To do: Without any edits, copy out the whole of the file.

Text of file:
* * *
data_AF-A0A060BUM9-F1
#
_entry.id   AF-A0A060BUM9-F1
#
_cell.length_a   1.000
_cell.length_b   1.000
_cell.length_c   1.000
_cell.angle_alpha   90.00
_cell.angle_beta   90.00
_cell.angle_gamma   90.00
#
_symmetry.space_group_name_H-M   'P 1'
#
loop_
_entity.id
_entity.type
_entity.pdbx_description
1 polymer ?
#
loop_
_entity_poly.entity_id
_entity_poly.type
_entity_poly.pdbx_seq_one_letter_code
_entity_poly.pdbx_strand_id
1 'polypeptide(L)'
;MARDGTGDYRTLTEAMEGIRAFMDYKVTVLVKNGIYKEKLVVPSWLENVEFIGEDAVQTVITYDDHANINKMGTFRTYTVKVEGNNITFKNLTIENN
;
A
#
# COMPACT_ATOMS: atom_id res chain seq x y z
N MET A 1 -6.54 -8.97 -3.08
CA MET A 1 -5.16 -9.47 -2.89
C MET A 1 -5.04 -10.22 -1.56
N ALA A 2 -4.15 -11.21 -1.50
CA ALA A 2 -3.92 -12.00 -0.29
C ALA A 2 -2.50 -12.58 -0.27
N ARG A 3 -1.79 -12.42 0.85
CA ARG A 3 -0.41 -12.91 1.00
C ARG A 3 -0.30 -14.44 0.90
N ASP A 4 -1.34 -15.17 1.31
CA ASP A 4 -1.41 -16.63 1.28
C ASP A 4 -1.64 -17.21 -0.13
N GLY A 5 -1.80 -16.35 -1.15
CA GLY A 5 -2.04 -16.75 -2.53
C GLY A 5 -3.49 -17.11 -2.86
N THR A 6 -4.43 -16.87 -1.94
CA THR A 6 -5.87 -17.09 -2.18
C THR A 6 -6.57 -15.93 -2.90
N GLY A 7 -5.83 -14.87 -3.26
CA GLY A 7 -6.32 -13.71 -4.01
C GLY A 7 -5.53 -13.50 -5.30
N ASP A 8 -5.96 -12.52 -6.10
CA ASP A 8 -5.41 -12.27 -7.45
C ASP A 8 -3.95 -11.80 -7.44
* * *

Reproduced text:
data_AF-A0A060BUM9-F1
#
_entry.id   AF-A0A060BUM9-F1
#
_cell.length_a   1.000
_cell.length_b   1.000
_cell.length_c   1.000
_cell.angle_alpha   90.00
_cell.angle_beta   90.00
_cell.angle_gamma   90.00
#
_symmetry.space_group_name_H-M   'P 1'
#
loop_
_entity.id
_entity.type
_entity.pdbx_description
1 polymer ?
#
loop_
_entity_poly.entity_id
_entity_poly.type
_entity_poly.pdbx_seq_one_letter_code
_entity_poly.pdbx_strand_id
1 'polypeptide(L)'
;MARDGTGDYRTLTEAMEGIRAFMDYKVTVLVKNGIYKEKLVVPSWLENVEFIGEDAVQTVITYDDHANINKMGTFRTYTVKVEGNNITFKNLTIENN
;
A
#
# COMPACT_ATOMS: atom_id res chain seq x y z
N MET A 1 -6.54 -8.97 -3.08
CA MET A 1 -5.16 -9.47 -2.89
C MET A 1 -5.04 -10.22 -1.56
N ALA A 2 -4.15 -11.21 -1.50
CA ALA A 2 -3.92 -12.00 -0.29
C ALA A 2 -2.50 -12.58 -0.27
N ARG A 3 -1.79 -12.42 0.85
CA ARG A 3 -0.41 -12.91 1.00
C ARG A 3 -0.30 -14.44 0.90
N ASP A 4 -1.34 -15.17 1.31
CA ASP A 4 -1.41 -16.63 1.28
C ASP A 4 -1.64 -17.21 -0.13
N GLY A 5 -1.80 -16.35 -1.15
CA GLY A 5 -2.04 -16.75 -2.53
C GLY A 5 -3.49 -17.11 -2.86
N THR A 6 -4.43 -16.87 -1.94
CA THR A 6 -5.87 -17.09 -2.18
C THR A 6 -6.57 -15.93 -2.90
N GLY A 7 -5.83 -14.87 -3.26
CA GLY A 7 -6.32 -13.71 -4.01
C GLY A 7 -5.53 -13.50 -5.30
N ASP A 8 -5.96 -12.52 -6.10
CA ASP A 8 -5.41 -12.27 -7.45
C ASP A 8 -3.95 -11.80 -7.44